According to the Miami Project to Cure Paralysis, about 17,810 new spinal cord injuries occur in the United States each year. At any given time, between 250,000 to 368,000 persons in the U.S. live with spinal cord injuries. This means that for every one million individuals fifty-four have a spinal cord injury when compared to the total population.
Spinal Cord Injuries and Paralysis
An injury to the spine can lead to paralysis when there is a loss of nerve function below the point where an individual is injured. The two common types of paralysis are tetraplegia (or quadriplegia), and paraplegia.
An injury to the upper part of the spine may result in loss of function to most or all of the body. When an individual is no longer able to voluntarily move the upper or lower parts of their body, they are said to have tetraplegia, which is often referred to as quadriplegia. According to the University of Alabama at Birmingham, tetraplegia may impair mobility in the fingers, hands, arms, chest, head, and feet, and may or may not include the inability to move the head and neck.
Paraplegia occurs when there is an injury to the lower part of the spine which results in the inability to voluntarily move the lower body and legs. Although paraplegia is often associated with injuries to the nervous system, it may also be caused by a medical condition or disease. Conditions that may cause paraplegia include cerebral palsy, cancer, nerve conditions, multiple sclerosis, stroke, spinal and brain tumors, and a rare genetic condition known as hereditary spastic paraplegia.
Symptoms of Paralysis
An individual experiencing sudden paralysis will be unable to partially or completely move the affected part of the body. A loss of sensation may also be felt at the injury site depending on the location of the injury. Sudden paralysis often occurs because of a stroke or spinal cord injury.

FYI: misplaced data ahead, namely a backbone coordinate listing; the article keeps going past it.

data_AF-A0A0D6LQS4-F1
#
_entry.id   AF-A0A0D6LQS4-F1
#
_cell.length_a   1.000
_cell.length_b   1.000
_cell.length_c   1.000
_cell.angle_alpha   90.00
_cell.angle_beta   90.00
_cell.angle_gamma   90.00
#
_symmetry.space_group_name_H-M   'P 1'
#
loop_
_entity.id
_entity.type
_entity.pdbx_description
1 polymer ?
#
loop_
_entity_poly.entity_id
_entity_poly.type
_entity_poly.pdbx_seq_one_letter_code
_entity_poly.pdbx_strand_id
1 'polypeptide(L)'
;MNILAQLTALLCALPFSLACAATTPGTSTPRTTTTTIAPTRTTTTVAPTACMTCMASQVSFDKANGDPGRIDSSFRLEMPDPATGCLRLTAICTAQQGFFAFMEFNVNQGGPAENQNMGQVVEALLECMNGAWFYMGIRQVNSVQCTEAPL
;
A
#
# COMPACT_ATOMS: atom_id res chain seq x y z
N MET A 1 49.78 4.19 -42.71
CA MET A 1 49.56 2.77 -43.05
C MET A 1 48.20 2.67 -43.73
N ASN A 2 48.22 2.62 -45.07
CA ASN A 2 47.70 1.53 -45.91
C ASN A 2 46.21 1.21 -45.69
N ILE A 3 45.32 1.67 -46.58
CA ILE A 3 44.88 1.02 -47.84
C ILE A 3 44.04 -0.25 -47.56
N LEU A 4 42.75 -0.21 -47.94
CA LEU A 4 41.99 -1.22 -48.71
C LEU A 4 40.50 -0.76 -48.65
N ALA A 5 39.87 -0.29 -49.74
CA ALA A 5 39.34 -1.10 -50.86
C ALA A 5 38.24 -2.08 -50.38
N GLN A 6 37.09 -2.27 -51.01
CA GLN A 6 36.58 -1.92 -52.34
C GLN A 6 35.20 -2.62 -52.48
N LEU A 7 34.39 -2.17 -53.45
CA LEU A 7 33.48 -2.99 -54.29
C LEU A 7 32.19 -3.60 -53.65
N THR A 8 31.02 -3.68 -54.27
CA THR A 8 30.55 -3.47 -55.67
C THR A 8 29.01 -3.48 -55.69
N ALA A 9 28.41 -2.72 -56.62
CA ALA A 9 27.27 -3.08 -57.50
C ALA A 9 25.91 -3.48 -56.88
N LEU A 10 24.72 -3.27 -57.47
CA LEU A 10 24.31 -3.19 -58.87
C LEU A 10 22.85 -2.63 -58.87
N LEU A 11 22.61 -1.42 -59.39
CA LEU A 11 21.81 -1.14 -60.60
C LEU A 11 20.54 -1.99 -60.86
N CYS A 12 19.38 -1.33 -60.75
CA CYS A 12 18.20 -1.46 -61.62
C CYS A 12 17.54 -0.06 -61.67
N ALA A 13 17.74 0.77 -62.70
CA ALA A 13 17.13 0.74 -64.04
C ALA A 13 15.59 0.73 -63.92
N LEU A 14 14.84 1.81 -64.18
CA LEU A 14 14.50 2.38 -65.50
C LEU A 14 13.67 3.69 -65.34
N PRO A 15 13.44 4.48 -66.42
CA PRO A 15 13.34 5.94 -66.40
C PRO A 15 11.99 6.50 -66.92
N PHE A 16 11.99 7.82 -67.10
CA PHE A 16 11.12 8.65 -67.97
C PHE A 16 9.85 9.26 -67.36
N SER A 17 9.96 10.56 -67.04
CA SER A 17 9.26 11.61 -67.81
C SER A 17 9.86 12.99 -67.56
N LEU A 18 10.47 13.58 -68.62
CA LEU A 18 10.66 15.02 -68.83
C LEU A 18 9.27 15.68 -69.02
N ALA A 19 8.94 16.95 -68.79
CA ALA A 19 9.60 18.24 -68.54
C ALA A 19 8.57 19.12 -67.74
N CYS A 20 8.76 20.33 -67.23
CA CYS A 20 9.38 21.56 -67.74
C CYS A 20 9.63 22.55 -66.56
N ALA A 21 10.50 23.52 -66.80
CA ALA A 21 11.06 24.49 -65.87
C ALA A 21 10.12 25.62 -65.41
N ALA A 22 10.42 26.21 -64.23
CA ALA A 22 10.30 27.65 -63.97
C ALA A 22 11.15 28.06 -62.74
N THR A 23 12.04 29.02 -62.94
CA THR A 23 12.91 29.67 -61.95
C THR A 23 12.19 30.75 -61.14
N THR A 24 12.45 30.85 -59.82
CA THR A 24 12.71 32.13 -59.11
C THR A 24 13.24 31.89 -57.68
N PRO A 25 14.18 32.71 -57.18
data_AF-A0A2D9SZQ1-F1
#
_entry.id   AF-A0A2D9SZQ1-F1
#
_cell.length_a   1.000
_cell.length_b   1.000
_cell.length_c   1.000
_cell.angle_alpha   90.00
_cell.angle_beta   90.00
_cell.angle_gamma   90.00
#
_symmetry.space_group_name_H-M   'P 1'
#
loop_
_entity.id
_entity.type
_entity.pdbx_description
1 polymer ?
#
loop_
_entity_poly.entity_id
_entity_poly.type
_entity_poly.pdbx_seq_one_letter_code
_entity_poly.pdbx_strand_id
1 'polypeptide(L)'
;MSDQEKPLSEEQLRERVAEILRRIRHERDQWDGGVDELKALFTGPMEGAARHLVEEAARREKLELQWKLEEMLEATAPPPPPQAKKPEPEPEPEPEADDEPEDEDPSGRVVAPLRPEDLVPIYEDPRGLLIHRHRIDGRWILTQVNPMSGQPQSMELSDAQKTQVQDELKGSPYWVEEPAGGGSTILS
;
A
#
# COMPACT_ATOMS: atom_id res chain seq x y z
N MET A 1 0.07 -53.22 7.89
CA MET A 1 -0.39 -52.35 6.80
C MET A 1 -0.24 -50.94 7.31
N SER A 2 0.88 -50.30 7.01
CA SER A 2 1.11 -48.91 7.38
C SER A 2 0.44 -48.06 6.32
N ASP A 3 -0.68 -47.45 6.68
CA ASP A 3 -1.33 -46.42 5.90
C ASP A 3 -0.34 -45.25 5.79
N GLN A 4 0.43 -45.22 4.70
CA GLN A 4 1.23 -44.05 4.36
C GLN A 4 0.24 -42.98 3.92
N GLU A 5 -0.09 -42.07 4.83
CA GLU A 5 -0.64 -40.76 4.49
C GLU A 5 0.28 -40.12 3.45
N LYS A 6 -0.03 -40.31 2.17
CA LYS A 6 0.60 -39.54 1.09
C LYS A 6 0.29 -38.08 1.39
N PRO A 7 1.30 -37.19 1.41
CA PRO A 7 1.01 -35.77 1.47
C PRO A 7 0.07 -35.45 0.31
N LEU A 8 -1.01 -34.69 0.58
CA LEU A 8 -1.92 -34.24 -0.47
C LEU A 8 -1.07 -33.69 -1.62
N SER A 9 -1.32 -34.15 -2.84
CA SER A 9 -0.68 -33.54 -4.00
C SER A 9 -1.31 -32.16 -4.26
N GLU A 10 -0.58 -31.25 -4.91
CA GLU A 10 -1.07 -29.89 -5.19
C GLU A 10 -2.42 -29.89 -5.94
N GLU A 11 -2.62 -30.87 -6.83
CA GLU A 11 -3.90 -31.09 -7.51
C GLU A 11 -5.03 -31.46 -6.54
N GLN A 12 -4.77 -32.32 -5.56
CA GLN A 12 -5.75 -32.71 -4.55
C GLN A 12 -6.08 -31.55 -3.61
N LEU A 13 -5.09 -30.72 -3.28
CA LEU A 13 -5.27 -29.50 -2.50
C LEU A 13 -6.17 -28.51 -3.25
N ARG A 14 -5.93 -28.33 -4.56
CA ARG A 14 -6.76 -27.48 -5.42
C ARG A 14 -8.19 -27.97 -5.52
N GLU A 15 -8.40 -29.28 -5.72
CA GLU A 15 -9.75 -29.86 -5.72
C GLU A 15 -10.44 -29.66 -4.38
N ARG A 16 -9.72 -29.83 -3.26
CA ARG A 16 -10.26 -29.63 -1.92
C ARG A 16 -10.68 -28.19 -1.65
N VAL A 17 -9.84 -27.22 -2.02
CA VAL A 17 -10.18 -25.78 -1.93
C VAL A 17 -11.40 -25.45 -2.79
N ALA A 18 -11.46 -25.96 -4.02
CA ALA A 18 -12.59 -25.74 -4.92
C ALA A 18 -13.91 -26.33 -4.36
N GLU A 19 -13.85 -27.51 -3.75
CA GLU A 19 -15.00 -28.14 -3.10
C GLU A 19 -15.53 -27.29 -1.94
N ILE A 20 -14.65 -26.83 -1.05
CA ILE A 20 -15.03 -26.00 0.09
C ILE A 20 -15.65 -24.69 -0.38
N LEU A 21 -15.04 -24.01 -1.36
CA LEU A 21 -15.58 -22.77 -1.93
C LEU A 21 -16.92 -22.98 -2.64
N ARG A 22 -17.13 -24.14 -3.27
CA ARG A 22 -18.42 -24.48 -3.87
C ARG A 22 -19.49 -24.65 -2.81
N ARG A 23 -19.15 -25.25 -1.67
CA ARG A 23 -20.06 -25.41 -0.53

Symptoms of gradual paralysis, experienced by those with specific medical conditions, include a steady loss of muscle function, feeling, or control, muscle cramping, and tingling or numbness. Additional symptoms may include difficulty breathing, bowel or bladder incontinence, chest pain, upper body immobility, and loss of sexual function.
Types of Spinal Cord Injuries
Spinal cord injuries are medically defined as complete or incomplete. The National Institute of Neurological Disorders and Stroke classifies a spinal cord injury as a complete injury when there is no nervous system communication along the spine, and all motor function is lost, below the injury site. A spinal cord injury is defined as incomplete when the nervous system is still able to transmit some information along the spine and the injured individual retains some muscle control and sensory function.
Medical professionals further divide spinal cord injuries into two classifications – primary damage and secondary damage. Primary damage is immediate and caused directly by the injury. Secondary damage occurs as a result of swelling and inflammation pressing on the spinal column, changes in cellular activity, or cell death.
The most common cause of spinal cord injuries in the United States is vehicular accidents. The National Spinal Cord Injury Statistical Center estimates that spinal cord injuries resulting from car accidents account for 39.3% of all spinal cord injuries since 2015. The second most common cause of spinal cord injuries is falling (31.8%). Other causes of spinal cord injuries include acts of violence (such as gunshot wounds), sports injuries, medical injuries, and industrial accidents.
Paralysis and Personal Injury Claims
Individuals involved in an accident which resulted in paralysis due to the negligence of another have the right to fair compensation for their injuries. For over thirty years, the personal injury attorneys of Panter, Panter, and Sampedro have helped victims recover their losses, whether as a result of negligence, a defective product, or medical malpractice. Call (305) 662-6178 to schedule a free consultation and case evaluation with our experienced spinal cord injury attorneys.